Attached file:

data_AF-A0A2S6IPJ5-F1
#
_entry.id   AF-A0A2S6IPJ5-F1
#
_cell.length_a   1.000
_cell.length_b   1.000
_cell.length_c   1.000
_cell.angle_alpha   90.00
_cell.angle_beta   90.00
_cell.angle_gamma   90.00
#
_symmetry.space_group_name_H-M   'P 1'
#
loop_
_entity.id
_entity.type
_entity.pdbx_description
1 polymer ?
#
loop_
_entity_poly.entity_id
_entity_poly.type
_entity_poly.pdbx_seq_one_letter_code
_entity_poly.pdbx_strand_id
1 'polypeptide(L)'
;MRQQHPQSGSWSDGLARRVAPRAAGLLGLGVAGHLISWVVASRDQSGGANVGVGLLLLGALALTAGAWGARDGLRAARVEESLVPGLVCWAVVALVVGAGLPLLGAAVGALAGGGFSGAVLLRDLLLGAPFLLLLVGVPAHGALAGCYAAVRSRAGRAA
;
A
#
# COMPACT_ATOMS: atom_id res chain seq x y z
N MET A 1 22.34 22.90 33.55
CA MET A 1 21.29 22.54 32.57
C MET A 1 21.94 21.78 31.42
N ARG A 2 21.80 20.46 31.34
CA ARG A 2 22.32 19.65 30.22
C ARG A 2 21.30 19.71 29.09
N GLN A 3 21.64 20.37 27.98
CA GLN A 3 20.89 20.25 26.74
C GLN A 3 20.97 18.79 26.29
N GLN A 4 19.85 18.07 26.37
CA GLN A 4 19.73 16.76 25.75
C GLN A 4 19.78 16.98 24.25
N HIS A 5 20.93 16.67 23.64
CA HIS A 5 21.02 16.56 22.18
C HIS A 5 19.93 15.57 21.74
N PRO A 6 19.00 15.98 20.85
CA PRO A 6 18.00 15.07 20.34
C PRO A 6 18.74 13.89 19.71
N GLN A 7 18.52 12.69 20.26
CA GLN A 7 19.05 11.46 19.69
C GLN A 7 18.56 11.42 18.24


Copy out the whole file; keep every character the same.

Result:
data_AF-A0A2S6IPJ5-F1
#
_entry.id   AF-A0A2S6IPJ5-F1
#
_cell.length_a   1.000
_cell.length_b   1.000
_cell.length_c   1.000
_cell.angle_alpha   90.00
_cell.angle_beta   90.00
_cell.angle_gamma   90.00
#
_symmetry.space_group_name_H-M   'P 1'
#
loop_
_entity.id
_entity.type
_entity.pdbx_description
1 polymer ?
#
loop_
_entity_poly.entity_id
_entity_poly.type
_entity_poly.pdbx_seq_one_letter_code
_entity_poly.pdbx_strand_id
1 'polypeptide(L)'
;MRQQHPQSGSWSDGLARRVAPRAAGLLGLGVAGHLISWVVASRDQSGGANVGVGLLLLGALALTAGAWGARDGLRAARVEESLVPGLVCWAVVALVVGAGLPLLGAAVGALAGGGFSGAVLLRDLLLGAPFLLLLVGVPAHGALAGCYAAVRSRAGRAA
;
A
#
# COMPACT_ATOMS: atom_id res chain seq x y z
N MET A 1 22.34 22.90 33.55
CA MET A 1 21.29 22.54 32.57
C MET A 1 21.94 21.78 31.42
N ARG A 2 21.80 20.46 31.34
CA ARG A 2 22.32 19.65 30.22
C ARG A 2 21.30 19.71 29.09
N GLN A 3 21.64 20.37 27.98
CA GLN A 3 20.89 20.25 26.74
C GLN A 3 20.97 18.79 26.29
N GLN A 4 19.85 18.07 26.37
CA GLN A 4 19.73 16.76 25.75
C GLN A 4 19.78 16.98 24.25
N HIS A 5 20.93 16.67 23.64
CA HIS A 5 21.02 16.56 22.18
C HIS A 5 19.93 15.57 21.74
N PRO A 6 19.00 15.98 20.85
CA PRO A 6 18.00 15.07 20.34
C PRO A 6 18.74 13.89 19.71
N GLN A 7 18.52 12.69 20.26
CA GLN A 7 19.05 11.46 19.69
C GLN A 7 18.56 11.42 18.24